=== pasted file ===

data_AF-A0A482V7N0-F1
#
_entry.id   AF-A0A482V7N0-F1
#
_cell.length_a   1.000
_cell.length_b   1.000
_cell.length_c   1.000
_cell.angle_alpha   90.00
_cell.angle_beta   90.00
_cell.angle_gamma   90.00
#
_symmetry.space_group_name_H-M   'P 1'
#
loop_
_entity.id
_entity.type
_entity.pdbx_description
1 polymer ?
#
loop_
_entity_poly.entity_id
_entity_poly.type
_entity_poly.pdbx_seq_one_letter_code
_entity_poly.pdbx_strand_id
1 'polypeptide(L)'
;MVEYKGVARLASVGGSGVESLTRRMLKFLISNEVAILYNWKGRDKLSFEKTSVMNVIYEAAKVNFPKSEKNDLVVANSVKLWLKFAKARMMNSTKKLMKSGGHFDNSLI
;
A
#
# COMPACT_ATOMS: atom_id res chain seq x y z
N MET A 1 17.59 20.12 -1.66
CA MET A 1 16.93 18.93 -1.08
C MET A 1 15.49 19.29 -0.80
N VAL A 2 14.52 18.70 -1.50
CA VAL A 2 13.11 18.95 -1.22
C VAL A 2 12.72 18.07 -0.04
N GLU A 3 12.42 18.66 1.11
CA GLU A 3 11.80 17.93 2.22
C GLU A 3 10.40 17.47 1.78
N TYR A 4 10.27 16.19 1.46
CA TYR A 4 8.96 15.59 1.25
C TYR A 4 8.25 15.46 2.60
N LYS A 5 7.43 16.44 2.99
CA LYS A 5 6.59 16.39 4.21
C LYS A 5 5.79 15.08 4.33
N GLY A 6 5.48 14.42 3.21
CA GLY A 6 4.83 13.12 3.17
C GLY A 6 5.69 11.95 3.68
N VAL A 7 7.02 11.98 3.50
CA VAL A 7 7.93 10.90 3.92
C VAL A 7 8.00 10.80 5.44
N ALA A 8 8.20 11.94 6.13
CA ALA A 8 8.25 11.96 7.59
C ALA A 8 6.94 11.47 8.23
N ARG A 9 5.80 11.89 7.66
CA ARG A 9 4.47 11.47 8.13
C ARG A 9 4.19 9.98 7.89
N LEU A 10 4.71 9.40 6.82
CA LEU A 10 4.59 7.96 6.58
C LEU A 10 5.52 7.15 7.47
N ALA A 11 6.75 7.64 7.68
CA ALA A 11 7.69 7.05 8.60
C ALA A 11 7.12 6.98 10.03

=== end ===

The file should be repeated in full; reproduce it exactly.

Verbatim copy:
data_AF-A0A482V7N0-F1
#
_entry.id   AF-A0A482V7N0-F1
#
_cell.length_a   1.000
_cell.length_b   1.000
_cell.length_c   1.000
_cell.angle_alpha   90.00
_cell.angle_beta   90.00
_cell.angle_gamma   90.00
#
_symmetry.space_group_name_H-M   'P 1'
#
loop_
_entity.id
_entity.type
_entity.pdbx_description
1 polymer ?
#
loop_
_entity_poly.entity_id
_entity_poly.type
_entity_poly.pdbx_seq_one_letter_code
_entity_poly.pdbx_strand_id
1 'polypeptide(L)'
;MVEYKGVARLASVGGSGVESLTRRMLKFLISNEVAILYNWKGRDKLSFEKTSVMNVIYEAAKVNFPKSEKNDLVVANSVKLWLKFAKARMMNSTKKLMKSGGHFDNSLI
;
A
#
# COMPACT_ATOMS: atom_id res chain seq x y z
N MET A 1 17.59 20.12 -1.66
CA MET A 1 16.93 18.93 -1.08
C MET A 1 15.49 19.29 -0.80
N VAL A 2 14.52 18.70 -1.50
CA VAL A 2 13.11 18.95 -1.22
C VAL A 2 12.72 18.07 -0.04
N GLU A 3 12.42 18.66 1.11
CA GLU A 3 11.80 17.93 2.22
C GLU A 3 10.40 17.47 1.78
N TYR A 4 10.27 16.19 1.46
CA TYR A 4 8.96 15.59 1.25
C TYR A 4 8.25 15.46 2.60
N LYS A 5 7.43 16.44 2.99
CA LYS A 5 6.59 16.39 4.21
C LYS A 5 5.79 15.08 4.33
N GLY A 6 5.48 14.42 3.21
CA GLY A 6 4.83 13.12 3.17
C GLY A 6 5.69 11.95 3.68
N VAL A 7 7.02 11.98 3.50
CA VAL A 7 7.93 10.90 3.92
C VAL A 7 8.00 10.80 5.44
N ALA A 8 8.20 11.94 6.13
CA ALA A 8 8.25 11.96 7.59
C ALA A 8 6.94 11.47 8.23
N ARG A 9 5.80 11.89 7.66
CA ARG A 9 4.47 11.47 8.13
C ARG A 9 4.19 9.98 7.89
N LEU A 10 4.71 9.40 6.82
CA LEU A 10 4.59 7.96 6.58
C LEU A 10 5.52 7.15 7.47
N ALA A 11 6.75 7.64 7.68
CA ALA A 11 7.69 7.05 8.60
C ALA A 11 7.12 6.98 10.03